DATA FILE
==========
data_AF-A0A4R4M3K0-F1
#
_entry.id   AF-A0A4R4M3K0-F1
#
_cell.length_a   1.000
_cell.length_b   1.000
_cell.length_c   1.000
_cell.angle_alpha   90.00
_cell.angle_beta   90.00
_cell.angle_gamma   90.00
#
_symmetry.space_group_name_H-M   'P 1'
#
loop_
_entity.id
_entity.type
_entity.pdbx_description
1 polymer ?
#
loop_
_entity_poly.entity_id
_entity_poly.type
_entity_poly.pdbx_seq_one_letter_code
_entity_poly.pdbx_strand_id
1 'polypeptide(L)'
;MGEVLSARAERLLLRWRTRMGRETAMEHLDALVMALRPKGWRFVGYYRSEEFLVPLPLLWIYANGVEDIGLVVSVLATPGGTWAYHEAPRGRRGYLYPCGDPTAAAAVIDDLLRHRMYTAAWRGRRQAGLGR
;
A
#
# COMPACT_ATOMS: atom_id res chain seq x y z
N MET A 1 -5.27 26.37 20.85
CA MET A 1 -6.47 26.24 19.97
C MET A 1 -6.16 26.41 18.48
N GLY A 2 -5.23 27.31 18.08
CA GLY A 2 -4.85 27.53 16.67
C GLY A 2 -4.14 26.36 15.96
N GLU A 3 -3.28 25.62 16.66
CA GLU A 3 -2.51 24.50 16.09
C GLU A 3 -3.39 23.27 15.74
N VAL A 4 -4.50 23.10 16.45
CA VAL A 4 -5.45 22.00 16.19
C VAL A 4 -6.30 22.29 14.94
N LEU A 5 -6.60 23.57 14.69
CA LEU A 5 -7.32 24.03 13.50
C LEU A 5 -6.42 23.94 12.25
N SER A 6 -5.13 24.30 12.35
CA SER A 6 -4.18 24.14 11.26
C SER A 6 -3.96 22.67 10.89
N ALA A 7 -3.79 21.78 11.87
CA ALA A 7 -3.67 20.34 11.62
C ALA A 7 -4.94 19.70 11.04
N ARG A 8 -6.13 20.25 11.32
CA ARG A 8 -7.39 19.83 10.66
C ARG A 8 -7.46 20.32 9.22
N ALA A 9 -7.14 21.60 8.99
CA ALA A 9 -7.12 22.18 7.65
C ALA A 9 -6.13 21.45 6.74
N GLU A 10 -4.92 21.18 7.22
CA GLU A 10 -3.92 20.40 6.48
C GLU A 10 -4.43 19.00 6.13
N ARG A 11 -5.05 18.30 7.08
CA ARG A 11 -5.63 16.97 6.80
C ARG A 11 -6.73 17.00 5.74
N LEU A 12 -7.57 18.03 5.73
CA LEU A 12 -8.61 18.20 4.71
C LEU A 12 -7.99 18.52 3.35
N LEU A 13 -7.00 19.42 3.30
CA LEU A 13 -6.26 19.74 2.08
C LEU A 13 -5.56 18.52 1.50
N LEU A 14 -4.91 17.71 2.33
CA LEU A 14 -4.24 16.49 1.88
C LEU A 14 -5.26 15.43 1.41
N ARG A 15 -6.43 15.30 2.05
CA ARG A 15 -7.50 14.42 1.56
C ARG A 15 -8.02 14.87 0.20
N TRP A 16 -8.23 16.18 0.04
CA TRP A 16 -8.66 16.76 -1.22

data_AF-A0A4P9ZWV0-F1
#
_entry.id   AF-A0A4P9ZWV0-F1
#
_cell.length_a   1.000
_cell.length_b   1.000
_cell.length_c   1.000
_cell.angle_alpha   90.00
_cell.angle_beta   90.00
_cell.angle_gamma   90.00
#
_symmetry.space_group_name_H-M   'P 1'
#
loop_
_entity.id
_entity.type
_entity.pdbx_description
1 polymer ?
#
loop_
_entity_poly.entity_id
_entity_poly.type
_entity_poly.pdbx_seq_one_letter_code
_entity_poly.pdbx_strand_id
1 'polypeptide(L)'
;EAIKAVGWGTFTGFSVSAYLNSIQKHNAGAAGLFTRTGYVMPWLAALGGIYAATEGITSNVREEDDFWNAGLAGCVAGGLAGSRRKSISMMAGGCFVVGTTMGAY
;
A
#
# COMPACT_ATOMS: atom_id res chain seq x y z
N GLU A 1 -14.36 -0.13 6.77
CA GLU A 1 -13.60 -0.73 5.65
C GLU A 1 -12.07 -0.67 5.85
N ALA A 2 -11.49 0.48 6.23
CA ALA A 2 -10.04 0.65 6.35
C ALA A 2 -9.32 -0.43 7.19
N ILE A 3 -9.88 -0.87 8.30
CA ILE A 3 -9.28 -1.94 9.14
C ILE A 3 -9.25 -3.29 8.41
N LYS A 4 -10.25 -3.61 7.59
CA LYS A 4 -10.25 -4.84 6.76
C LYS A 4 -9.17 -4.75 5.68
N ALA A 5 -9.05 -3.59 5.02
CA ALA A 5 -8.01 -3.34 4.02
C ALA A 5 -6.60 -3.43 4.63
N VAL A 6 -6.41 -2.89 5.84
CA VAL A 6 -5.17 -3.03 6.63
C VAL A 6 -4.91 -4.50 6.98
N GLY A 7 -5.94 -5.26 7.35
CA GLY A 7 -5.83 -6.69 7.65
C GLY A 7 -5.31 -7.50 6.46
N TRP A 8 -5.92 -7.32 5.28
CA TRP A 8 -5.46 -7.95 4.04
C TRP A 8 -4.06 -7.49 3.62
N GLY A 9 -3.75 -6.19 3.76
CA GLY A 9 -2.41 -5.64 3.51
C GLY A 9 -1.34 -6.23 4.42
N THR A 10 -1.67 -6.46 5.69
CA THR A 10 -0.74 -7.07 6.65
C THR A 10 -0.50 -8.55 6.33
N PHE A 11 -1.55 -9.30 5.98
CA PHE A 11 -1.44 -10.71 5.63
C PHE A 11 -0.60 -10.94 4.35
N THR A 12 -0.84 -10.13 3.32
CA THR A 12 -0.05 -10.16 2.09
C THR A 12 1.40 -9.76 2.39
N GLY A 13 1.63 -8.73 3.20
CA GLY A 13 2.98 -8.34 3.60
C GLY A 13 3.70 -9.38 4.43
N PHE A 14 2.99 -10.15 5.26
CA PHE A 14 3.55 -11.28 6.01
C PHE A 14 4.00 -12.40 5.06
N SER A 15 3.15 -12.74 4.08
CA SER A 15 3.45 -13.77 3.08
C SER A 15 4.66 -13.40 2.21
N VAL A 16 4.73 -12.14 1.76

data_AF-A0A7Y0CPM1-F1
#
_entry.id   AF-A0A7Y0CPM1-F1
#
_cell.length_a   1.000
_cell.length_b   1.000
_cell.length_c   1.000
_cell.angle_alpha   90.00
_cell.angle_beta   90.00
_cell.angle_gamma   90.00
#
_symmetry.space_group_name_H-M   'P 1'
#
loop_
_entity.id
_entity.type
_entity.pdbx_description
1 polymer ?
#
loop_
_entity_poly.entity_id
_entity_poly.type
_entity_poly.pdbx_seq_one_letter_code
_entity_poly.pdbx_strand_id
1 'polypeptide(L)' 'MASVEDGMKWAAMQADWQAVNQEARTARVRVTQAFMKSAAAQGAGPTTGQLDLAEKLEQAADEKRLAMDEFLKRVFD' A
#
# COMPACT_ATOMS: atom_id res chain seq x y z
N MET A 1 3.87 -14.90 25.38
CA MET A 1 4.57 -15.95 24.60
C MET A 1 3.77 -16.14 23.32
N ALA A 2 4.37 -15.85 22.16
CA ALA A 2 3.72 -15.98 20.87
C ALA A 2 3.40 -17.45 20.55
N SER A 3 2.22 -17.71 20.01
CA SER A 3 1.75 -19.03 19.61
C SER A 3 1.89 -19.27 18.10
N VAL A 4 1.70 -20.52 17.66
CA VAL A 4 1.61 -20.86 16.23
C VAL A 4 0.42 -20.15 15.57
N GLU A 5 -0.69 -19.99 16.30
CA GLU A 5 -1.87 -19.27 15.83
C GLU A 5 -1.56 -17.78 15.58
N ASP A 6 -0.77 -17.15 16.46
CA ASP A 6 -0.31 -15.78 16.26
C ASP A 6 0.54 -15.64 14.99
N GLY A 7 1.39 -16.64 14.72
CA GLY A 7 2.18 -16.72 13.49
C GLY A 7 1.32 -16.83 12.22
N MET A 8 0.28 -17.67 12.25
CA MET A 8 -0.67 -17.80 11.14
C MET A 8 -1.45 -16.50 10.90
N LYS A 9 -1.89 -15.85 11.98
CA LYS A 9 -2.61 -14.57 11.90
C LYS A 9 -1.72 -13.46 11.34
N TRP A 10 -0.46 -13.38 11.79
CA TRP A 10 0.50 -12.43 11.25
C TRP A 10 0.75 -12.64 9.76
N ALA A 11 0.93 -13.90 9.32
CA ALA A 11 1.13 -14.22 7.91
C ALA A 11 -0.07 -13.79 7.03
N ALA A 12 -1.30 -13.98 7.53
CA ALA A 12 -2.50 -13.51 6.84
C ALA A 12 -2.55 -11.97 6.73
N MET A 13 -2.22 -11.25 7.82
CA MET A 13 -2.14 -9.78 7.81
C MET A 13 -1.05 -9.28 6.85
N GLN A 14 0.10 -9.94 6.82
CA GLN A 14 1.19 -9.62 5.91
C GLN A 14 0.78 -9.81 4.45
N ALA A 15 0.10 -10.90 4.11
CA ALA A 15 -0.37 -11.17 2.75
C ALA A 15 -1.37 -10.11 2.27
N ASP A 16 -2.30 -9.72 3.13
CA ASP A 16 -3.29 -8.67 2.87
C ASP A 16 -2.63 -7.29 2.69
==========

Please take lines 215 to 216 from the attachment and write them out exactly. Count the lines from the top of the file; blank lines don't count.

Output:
CA ALA A 12 -2.50 -13.51 6.84
C ALA A 12 -2.55 -11.97 6.73